Andrew: I have the distinct pleasure of sitting with Dr. Allen Berger, Ph.D., practicing in Hermosa Beach and in Westlake Village, California. Author of the awesome books, 12 Hidden Rewards of Making Amends, 12 Stupid Things That Mess Up Recovery, and coming in the spring, 12 More Stupid Things That Mess Up Your Recovery. Thank you so much Dr. Berger for joining us at Serene Scene Magazine today.

Dr. Berger: Well, thank you, Andrew. And the other book I just want to mention because it’s on a topic that’s so important is 12 Smart Things to do when the Booze and Drugs Are Gone. Which is really addressing this whole issue of emotional sobriety, which I’m sure we’ll be talking about.

Andrew: I want to talk to you about emotional sobriety in the interview today, because that is the area that you have tremendous expertise. You’ve been able to condense the information down into informative, bite size chunks that people can understand.

Dr. Berger: We’re finding that this issue of emotional sobriety is just so critical, because the whole concept is based on people learning how to deal with life on life’s terms. And that’s the hardest thing for those of us that have had an addiction because we’re typically into wanting life to happen the way we want it to happen. We want life on our terms, not on life’s terms. And when it didn’t unfold the way that we expected, then we drink or use to deal with our disappointment, our frustration, or whatever the case may be. And so, here we’re talking about learning a healthy way of self-regulation. Of learning how to modulate our emotional reactions so that we can develop that true serenity and peace of mind that we would all love to have in our lives.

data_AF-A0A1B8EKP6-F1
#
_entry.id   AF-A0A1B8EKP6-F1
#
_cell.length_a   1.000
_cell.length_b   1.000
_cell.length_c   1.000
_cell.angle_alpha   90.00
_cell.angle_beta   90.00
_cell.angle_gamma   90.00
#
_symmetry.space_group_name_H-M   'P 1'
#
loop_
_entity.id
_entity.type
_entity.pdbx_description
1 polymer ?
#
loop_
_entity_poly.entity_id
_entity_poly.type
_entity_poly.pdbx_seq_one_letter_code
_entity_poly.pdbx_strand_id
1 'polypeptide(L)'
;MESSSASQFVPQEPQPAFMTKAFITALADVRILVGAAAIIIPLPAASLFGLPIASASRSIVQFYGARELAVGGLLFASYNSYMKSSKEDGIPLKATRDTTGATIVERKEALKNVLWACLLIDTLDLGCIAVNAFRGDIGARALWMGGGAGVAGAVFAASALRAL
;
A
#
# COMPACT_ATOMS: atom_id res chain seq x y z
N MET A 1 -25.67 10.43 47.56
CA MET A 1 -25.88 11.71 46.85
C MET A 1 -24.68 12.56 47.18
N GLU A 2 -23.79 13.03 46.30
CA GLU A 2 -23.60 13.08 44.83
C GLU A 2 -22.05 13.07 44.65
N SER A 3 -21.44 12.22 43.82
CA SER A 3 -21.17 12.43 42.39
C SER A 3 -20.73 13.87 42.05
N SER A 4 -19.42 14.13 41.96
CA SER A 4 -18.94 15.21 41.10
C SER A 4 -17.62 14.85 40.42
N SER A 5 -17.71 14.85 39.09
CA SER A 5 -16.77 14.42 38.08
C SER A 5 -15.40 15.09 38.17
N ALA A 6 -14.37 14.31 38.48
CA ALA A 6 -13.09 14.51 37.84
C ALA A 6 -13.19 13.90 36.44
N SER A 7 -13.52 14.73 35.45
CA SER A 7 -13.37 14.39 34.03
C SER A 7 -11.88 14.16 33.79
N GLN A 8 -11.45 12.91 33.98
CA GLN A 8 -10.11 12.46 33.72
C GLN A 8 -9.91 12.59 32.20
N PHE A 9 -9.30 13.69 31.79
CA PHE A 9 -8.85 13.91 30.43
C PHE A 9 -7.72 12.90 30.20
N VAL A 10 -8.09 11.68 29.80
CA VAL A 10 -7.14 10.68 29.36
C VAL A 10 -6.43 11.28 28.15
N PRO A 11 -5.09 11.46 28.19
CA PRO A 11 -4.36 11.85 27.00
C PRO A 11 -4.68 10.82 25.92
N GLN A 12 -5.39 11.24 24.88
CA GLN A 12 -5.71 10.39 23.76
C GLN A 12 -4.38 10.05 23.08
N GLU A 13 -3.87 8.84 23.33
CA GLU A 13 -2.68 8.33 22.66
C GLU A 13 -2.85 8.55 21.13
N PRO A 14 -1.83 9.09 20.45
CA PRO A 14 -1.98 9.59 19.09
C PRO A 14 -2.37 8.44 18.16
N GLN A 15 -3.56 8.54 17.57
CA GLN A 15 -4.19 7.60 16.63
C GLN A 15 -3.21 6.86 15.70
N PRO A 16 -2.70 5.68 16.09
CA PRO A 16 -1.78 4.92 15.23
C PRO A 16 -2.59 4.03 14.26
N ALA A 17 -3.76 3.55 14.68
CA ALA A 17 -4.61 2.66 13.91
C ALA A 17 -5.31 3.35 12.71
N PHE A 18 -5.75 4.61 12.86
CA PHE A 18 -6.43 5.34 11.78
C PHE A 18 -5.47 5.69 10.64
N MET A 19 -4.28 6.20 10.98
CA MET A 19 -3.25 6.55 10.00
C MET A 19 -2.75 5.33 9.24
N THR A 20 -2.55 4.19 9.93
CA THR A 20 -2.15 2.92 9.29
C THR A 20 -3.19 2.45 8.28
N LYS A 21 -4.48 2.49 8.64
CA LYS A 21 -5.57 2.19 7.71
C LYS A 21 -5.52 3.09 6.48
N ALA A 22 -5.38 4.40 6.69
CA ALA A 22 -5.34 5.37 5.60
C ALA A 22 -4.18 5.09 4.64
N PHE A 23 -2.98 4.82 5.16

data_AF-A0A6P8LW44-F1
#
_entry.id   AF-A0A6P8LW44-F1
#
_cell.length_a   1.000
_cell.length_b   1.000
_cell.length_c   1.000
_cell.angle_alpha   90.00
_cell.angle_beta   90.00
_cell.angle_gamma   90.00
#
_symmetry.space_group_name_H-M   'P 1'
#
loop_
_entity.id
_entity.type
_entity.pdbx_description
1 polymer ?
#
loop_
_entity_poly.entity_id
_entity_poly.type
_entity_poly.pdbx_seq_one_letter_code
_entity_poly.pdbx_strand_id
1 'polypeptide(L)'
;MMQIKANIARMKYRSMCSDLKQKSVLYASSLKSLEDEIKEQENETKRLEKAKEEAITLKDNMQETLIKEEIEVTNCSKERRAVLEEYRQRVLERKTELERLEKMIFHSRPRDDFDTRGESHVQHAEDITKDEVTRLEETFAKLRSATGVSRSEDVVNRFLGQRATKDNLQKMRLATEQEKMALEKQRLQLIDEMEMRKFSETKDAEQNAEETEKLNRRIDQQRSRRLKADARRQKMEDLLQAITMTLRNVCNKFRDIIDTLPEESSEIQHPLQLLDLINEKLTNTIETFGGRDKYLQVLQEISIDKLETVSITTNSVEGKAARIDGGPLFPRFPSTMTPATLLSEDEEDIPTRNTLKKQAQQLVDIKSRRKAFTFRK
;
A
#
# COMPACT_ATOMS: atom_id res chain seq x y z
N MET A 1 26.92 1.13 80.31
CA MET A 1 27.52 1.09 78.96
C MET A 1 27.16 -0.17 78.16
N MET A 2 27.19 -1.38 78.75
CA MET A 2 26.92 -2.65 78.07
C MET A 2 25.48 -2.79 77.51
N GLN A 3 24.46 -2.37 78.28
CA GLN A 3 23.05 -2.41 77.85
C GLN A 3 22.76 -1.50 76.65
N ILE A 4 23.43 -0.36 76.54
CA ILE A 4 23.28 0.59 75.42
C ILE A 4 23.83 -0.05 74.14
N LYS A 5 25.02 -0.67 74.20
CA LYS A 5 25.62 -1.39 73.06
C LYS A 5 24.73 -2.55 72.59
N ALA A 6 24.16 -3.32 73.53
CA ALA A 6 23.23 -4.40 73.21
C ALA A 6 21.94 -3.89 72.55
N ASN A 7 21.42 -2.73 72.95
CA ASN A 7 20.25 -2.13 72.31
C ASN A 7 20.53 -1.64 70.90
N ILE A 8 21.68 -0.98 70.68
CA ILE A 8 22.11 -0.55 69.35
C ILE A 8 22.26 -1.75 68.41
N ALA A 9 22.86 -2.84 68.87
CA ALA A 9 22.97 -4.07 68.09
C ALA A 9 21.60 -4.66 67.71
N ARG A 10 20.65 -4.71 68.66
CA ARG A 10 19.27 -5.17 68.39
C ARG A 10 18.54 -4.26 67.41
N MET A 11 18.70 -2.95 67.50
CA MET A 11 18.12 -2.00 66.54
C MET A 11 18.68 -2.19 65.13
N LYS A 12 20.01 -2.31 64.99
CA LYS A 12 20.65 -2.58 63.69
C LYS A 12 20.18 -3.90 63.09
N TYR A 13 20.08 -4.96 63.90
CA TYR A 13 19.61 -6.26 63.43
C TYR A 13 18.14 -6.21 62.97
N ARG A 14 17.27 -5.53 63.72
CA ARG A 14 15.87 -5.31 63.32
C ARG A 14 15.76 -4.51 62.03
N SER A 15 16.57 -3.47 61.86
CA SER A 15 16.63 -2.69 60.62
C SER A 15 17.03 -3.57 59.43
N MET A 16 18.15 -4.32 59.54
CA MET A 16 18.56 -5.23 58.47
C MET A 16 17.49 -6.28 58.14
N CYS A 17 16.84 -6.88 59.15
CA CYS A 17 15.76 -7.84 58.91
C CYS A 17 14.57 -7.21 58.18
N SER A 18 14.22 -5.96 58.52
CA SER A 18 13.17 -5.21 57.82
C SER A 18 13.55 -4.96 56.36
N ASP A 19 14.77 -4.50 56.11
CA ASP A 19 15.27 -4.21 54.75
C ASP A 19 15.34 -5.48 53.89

Andrew: I have to ask, when you’re working with someone to try to get them to move more towards being accountable for their own emotions, for taking responsibility for their own life’s actions, these are things an addict doesn’t want to have to deal with?

Dr. Berger: Well, that’s not true. You see, I think big part of the problem here is that, what addicts expect is that life should be on their terms. So there is this process that they have to go through to surrender what we call this special status, meaning that I get to dictate the terms of life. And that’s, obviously when I say it, you can hear the arrogance in it, the narcissism in it, and all of the issues that accompany that. But that’s the big thing, is the first step is, first of all, to become aware of it. But that’s a big part of emotional sobriety, is to become aware of these unenforceable rules.


An Excerpt from Serene Scene Magazine